That poor oral health can cause bad breath, cavities and rotting teeth shouldn’t come as a surprise. An article published by Reuters suggests a link between poor dental health and dementia.
According to a study done by the University of California, “those who reported brushing their teeth less than once a day were up to 65 percent more likely to develop dementia than those who brushed daily.”
In the study it was found that participants who have dementia also have a significantly higher percentage of gum disease bacteria in their brain than those who don’t suffer from it.
The dementia study was also discussed in the United Kingdom, where the details of the study were discussed more thoroughly.
“The researchers found that men who had poor chewing function and did not wear dentures … had a 91% increased risk of dementia compared with men who had enough natural teeth to allow adequate chewing,” the study suggests.
According to United Kingdom's Alzeimer's Society, "There are two main types of dental disease - gum (periodontal) disease and tooth decay (dental caries, more commonly known as cavities). Both can cause discomfort or pain and can lead to the development of infection. Both pain and infection can worsen the confusion associated with dementia."
Women generally brushed their teeth at least once a day. It was found that those who brushed multiple times a day had slimmer percentages of dementia, the 18-year study concluded.
Visits to the dentist may help decrease the chance for dementia as well, since teeth are examined and treated.
Fluoride can be applied to real teeth by a dentist to keep them strong and healthy. In addition, an electric toothbrush and mouthwash may aid in the proper care of the mouth.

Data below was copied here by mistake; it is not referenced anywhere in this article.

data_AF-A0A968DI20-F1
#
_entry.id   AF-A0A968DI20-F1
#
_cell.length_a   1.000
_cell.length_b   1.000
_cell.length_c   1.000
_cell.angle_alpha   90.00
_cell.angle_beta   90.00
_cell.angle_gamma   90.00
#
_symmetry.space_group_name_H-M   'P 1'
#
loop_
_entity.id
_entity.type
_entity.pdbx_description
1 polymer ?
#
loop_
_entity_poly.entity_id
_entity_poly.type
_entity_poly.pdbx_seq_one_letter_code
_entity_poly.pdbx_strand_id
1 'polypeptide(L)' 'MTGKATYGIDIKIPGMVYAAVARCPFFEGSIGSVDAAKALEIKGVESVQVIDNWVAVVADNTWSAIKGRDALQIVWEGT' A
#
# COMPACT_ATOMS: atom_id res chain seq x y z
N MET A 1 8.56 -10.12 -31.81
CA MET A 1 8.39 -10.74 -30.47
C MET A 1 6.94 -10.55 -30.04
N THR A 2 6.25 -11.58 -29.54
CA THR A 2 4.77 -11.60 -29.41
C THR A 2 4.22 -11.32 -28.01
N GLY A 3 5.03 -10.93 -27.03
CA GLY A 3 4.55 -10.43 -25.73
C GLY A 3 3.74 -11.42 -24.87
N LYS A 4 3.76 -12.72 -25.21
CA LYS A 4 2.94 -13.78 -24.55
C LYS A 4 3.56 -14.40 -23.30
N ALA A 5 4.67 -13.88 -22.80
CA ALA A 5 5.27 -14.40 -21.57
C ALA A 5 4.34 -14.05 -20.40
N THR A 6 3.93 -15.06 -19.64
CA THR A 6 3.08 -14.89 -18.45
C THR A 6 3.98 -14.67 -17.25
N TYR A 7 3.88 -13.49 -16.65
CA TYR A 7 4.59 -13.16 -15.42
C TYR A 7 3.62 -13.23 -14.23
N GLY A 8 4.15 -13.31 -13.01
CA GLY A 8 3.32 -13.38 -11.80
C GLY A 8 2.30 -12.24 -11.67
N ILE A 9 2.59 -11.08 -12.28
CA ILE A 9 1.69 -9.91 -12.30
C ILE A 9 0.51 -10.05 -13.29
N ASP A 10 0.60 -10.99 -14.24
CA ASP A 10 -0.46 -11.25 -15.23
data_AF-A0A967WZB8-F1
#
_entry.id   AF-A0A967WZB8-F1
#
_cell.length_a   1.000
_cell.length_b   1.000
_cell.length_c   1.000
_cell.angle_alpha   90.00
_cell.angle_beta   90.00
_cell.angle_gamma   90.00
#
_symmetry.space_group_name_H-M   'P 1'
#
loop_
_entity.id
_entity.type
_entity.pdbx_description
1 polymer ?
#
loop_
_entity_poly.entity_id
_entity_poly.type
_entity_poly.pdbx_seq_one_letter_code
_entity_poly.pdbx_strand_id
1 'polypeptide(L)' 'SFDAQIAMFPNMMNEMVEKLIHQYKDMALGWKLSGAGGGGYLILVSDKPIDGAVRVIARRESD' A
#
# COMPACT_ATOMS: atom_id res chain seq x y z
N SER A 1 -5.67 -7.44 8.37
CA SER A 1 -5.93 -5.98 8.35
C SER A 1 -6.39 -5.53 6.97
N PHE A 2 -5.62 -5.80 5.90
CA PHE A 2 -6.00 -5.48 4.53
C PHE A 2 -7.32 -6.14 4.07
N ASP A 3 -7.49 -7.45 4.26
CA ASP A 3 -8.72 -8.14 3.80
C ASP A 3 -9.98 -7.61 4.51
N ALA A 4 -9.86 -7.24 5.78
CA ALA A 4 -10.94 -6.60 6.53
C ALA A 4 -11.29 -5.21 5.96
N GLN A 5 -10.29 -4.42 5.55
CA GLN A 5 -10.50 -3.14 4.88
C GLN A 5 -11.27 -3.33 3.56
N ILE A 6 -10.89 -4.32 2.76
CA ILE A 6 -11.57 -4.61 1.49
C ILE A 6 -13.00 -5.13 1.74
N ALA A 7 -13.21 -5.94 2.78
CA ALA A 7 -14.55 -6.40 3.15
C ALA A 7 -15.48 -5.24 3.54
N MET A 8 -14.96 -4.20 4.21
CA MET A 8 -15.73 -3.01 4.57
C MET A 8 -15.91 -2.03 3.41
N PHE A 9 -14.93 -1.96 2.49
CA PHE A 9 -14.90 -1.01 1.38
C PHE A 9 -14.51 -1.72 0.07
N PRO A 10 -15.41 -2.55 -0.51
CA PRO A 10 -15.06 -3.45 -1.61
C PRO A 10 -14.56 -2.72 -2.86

When a person does start showing signs of dementia, it is important that he/she is monitored, since dementia patients may have a more difficult time caring for himself/herself.
Often times, people suffering from this disease may forget or not care to brush their teeth, which can worsen the situation.
Drugs used to treat dementia may cause a dry mouth in some patients, which can have an effect on oral health.
“Saliva also has a cleansing effect on the mouth and teeth. Its absence leads to a build up of bacteria and food debris, gum disease and dental decay, particularly at the neck of the tooth. Decay in this area weakens the crown of the tooth, and can cause the crown to break off,” according to the U.K.’s Alzheimer’s Society.
Regular dentist visits, in addition to properly caring for teeth/dentures, can aid in living a long and healthful life.
"Can Cleaning Teeth Help Prevent Dementia?" NHS. GOV.UK, 22 Aug. 2012. Web. 26 Nov. 2012.
"Dental Care and Dementia." Alzheimer's Society. Alzeimer's Society, n.d. Web. 30 Nov. 2012.
Ross-Cravit, Cynthia. "Dental Health and Dementia." Yahoo! News Canada. Yahoo! Canada, 12 Sept. 2012. Web. 26 Nov. 2012.
Sheriff, Natasja. "Dental Health Linked to Dementia Risk: Study." Reuters. Thomson Reuter, 21 Aug. 2012. Web. 26 Nov. 2012.
Reviewed November 26, 2012
by Michele Blacksberg RN
Edited by Jody Smith
Add a Comment2 Comments
Nice write up. Dental hygiene maintainance is often overlooked in maintaining our body's health. But more and more studies are linking it to systemic disease.December 1, 2012 - 1:07pm
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